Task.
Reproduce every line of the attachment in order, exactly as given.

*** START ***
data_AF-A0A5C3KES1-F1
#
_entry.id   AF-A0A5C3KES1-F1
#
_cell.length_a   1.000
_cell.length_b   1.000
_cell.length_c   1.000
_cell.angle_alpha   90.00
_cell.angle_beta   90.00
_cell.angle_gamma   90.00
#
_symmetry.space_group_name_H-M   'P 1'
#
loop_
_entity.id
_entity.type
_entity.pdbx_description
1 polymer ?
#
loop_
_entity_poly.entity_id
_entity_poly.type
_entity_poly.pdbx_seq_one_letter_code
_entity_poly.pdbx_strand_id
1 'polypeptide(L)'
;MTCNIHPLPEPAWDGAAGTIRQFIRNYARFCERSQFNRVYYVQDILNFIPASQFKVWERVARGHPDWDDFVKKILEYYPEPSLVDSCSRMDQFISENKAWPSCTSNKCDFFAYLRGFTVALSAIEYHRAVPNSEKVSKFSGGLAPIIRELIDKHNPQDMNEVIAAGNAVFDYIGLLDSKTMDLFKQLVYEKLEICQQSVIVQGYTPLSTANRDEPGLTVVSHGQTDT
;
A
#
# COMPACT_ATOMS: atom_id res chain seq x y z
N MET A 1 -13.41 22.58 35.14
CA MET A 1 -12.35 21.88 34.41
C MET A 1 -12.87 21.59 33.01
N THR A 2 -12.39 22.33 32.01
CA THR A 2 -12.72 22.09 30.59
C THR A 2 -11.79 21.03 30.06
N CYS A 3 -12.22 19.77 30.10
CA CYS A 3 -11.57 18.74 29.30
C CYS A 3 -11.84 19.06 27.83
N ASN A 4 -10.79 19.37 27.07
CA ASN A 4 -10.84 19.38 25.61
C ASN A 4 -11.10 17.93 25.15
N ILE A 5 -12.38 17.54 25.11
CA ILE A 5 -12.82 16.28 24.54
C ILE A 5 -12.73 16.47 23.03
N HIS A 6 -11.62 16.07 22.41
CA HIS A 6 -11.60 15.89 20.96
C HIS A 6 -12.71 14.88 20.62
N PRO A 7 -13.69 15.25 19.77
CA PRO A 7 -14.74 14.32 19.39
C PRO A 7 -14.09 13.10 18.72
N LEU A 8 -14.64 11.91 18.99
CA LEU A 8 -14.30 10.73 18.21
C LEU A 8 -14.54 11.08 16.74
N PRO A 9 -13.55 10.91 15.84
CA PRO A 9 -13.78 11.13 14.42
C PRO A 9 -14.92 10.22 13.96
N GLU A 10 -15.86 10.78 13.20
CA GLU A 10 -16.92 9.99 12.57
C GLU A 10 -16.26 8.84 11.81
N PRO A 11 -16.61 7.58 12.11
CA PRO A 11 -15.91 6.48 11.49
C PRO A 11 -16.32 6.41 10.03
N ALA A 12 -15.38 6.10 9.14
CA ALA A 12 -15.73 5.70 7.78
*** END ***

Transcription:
data_AF-A0A5C3KES1-F1
#
_entry.id   AF-A0A5C3KES1-F1
#
_cell.length_a   1.000
_cell.length_b   1.000
_cell.length_c   1.000
_cell.angle_alpha   90.00
_cell.angle_beta   90.00
_cell.angle_gamma   90.00
#
_symmetry.space_group_name_H-M   'P 1'
#
loop_
_entity.id
_entity.type
_entity.pdbx_description
1 polymer ?
#
loop_
_entity_poly.entity_id
_entity_poly.type
_entity_poly.pdbx_seq_one_letter_code
_entity_poly.pdbx_strand_id
1 'polypeptide(L)'
;MTCNIHPLPEPAWDGAAGTIRQFIRNYARFCERSQFNRVYYVQDILNFIPASQFKVWERVARGHPDWDDFVKKILEYYPEPSLVDSCSRMDQFISENKAWPSCTSNKCDFFAYLRGFTVALSAIEYHRAVPNSEKVSKFSGGLAPIIRELIDKHNPQDMNEVIAAGNAVFDYIGLLDSKTMDLFKQLVYEKLEICQQSVIVQGYTPLSTANRDEPGLTVVSHGQTDT
;
A
#
# COMPACT_ATOMS: atom_id res chain seq x y z
N MET A 1 -13.41 22.58 35.14
CA MET A 1 -12.35 21.88 34.41
C MET A 1 -12.87 21.59 33.01
N THR A 2 -12.39 22.33 32.01
CA THR A 2 -12.72 22.09 30.59
C THR A 2 -11.79 21.03 30.06
N CYS A 3 -12.22 19.77 30.10
CA CYS A 3 -11.57 18.74 29.30
C CYS A 3 -11.84 19.06 27.83
N ASN A 4 -10.79 19.37 27.07
CA ASN A 4 -10.84 19.38 25.61
C ASN A 4 -11.10 17.93 25.15
N ILE A 5 -12.38 17.54 25.11
CA ILE A 5 -12.82 16.28 24.54
C ILE A 5 -12.73 16.47 23.03
N HIS A 6 -11.62 16.07 22.41
CA HIS A 6 -11.60 15.89 20.96
C HIS A 6 -12.71 14.88 20.62
N PRO A 7 -13.69 15.25 19.77
CA PRO A 7 -14.74 14.32 19.39
C PRO A 7 -14.09 13.10 18.72
N LEU A 8 -14.64 11.91 18.99
CA LEU A 8 -14.30 10.73 18.21
C LEU A 8 -14.54 11.08 16.74
N PRO A 9 -13.55 10.91 15.84
CA PRO A 9 -13.78 11.13 14.42
C PRO A 9 -14.92 10.22 13.96
N GLU A 10 -15.86 10.78 13.20
CA GLU A 10 -16.92 9.99 12.57
C GLU A 10 -16.26 8.84 11.81
N PRO A 11 -16.61 7.58 12.11
CA PRO A 11 -15.91 6.48 11.49
C PRO A 11 -16.32 6.41 10.03
N ALA A 12 -15.38 6.10 9.14
CA ALA A 12 -15.73 5.70 7.78